20 Barbados dollar note & bill

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20 Barbados dollar Front

 

20 Barbados dollar the front is  Samuel Jackman Prescod
20 Barbados dollar the front is Samuel Jackman Prescod

The Right Excellent Samuel Jackman Prescod (1806-1871) was the son of a free-coloured woman and a wealthy landowner.

From an early age, he recognised the injustices faced by both the free-coloured and blacks in Barbados, and sought to unite those groups, and poor whites, against the ruling class. He gained the support of the people and formed the Liberal Party, a political organization that fought for social justice for more than 25 years.

He used his position as a journalist and editor to agitate for greater equality for blacks and free-coloureds and to provide a forum for the working class. He became the first non-white to sit in the House of Assembly as a representative for the City of Bridgetown in 1843. During his tenure in Parliament, he led the Liberal Party, which acted as an unofficial opposition. He retired from Parliament in 1860 and later assumed the office of Judge of the Assistant Court of Appeal.

He is among the 10 National Heroes named by the Barbados government in 1998.

Raised dots to help the blind identify the denomination. Four dots equal $20.

The Coat of Arms of Barbados.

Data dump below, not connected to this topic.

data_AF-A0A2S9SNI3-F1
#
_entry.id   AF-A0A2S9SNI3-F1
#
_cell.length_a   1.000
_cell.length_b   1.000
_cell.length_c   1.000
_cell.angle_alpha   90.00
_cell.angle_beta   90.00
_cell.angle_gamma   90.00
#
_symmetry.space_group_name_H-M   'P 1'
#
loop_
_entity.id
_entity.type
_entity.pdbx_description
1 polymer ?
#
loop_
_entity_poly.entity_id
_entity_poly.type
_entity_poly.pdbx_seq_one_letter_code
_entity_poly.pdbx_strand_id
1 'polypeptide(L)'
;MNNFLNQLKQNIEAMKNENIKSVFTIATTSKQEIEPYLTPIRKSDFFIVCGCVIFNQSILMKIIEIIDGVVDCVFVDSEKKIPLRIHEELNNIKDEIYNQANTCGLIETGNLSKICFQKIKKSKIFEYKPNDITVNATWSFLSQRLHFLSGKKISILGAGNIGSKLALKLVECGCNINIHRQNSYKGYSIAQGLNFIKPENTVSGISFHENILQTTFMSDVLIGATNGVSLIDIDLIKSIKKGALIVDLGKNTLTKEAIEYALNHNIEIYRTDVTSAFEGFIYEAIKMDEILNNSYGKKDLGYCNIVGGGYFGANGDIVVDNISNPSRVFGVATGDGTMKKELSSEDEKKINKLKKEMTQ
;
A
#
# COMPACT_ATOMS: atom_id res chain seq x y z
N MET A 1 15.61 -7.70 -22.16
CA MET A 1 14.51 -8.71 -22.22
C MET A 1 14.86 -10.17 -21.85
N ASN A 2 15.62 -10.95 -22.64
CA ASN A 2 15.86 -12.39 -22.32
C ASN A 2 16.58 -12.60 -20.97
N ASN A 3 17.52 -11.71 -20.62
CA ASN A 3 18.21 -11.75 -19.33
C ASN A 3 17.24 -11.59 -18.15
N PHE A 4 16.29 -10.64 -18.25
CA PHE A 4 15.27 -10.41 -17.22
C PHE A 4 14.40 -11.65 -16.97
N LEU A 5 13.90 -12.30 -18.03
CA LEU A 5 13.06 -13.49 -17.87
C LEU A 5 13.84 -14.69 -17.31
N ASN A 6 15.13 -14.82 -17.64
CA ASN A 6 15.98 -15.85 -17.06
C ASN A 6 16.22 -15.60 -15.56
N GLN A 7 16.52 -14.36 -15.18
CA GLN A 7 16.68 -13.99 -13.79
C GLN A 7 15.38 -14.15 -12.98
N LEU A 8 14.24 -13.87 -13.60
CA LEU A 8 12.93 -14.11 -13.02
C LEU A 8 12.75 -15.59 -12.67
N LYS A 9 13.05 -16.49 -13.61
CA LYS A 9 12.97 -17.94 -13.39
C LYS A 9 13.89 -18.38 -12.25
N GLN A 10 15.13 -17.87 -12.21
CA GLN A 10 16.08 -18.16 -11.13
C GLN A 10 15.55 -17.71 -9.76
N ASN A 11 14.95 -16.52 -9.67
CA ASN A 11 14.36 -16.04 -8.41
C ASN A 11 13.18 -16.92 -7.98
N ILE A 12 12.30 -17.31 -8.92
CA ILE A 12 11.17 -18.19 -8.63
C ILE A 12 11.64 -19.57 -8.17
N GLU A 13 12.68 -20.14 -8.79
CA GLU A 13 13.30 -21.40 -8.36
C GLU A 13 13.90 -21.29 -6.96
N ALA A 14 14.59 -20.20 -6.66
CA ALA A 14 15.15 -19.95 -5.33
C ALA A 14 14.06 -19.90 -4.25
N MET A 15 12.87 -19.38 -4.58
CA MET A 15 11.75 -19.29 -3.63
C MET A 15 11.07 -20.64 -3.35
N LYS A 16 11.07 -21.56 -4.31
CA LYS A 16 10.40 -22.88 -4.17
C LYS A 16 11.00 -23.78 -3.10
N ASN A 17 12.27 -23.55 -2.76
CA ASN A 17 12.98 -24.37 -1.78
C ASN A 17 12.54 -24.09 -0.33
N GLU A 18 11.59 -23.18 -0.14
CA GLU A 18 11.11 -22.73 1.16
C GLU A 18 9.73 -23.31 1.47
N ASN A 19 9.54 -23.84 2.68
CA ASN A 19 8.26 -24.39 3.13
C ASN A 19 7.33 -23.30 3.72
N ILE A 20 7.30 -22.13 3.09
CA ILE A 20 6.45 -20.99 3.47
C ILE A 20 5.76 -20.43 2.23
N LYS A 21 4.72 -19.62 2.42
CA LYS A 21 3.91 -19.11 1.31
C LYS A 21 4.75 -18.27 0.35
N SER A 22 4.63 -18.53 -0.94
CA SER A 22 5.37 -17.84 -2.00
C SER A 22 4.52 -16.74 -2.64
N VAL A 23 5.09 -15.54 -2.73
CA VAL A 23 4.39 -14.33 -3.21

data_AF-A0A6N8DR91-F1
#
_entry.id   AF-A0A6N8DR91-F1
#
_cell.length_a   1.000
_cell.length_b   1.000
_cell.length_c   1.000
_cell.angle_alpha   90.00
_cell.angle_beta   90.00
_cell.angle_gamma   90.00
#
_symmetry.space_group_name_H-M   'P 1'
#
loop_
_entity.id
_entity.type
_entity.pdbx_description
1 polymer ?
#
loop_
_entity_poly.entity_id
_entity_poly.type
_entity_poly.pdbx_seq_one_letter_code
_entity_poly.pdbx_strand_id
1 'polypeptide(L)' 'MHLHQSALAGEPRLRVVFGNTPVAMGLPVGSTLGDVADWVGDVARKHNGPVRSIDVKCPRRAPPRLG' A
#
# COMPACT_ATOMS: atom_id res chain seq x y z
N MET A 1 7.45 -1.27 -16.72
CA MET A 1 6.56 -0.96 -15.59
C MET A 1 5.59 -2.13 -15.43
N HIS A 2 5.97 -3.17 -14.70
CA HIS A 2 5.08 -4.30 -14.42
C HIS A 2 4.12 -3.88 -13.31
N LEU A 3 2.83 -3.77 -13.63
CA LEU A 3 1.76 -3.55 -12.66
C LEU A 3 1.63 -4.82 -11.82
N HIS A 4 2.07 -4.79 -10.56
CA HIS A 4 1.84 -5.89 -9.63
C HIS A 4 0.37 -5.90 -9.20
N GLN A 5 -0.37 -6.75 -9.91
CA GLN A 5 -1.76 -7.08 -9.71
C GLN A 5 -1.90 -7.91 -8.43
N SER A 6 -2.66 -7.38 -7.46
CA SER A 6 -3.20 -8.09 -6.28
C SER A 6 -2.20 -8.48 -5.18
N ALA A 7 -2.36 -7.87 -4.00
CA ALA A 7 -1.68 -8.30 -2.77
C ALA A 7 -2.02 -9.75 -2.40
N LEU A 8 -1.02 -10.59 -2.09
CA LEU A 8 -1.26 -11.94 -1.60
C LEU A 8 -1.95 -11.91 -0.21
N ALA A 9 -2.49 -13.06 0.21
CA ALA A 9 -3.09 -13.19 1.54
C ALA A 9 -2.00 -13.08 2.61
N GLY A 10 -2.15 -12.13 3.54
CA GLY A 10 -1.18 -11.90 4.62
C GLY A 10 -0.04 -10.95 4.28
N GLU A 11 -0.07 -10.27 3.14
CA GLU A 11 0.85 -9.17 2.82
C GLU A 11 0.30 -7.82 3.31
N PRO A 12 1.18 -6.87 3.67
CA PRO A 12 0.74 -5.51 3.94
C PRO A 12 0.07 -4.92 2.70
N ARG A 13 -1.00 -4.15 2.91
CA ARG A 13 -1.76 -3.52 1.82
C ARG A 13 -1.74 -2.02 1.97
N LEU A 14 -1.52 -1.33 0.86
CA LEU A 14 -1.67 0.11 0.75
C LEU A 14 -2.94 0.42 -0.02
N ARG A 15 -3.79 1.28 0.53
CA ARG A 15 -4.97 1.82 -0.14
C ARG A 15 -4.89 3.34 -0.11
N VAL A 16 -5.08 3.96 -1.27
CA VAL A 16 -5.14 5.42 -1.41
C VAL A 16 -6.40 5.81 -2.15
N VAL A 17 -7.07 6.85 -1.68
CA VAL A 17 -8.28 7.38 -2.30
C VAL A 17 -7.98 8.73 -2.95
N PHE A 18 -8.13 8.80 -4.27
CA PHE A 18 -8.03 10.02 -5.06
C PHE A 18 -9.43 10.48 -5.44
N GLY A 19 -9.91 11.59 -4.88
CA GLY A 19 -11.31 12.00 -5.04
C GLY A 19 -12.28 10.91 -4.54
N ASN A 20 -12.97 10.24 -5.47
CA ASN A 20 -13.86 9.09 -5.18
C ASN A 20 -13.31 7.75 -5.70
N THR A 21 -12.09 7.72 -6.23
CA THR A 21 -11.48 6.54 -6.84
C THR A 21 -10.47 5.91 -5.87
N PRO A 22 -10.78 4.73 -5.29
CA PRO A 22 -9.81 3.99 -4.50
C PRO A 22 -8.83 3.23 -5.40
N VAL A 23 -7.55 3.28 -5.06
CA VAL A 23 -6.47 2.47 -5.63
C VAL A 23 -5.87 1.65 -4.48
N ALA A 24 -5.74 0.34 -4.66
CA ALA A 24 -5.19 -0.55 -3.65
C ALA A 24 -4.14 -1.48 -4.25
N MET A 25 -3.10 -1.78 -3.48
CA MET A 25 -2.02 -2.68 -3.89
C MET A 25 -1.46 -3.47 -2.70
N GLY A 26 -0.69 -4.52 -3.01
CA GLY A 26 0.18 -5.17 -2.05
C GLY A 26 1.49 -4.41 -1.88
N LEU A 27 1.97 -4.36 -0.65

The map of Barbados with the location of the capital city, Bridgetown, highlighted.

The official launch date of the series.                                                                         

The Governor's signature.

20 Barbados dollar Back

 

20 Barbados dollar the back is Parliament building, Bridgetown
20 Barbados dollar the back is Parliament building, Bridgetown

The Parliament Buildings are located in the capital city, Bridgetown. The buildings were completed in 1874 to be a fitting home to Barbados’ parliament, which was established in 1639 and is the third oldest in the Commonwealth and so predates the construction of the buildings by more than 200 years. In addition to housing the Senate and the House of Assembly, the buildings are home to the Museum of Parliament.

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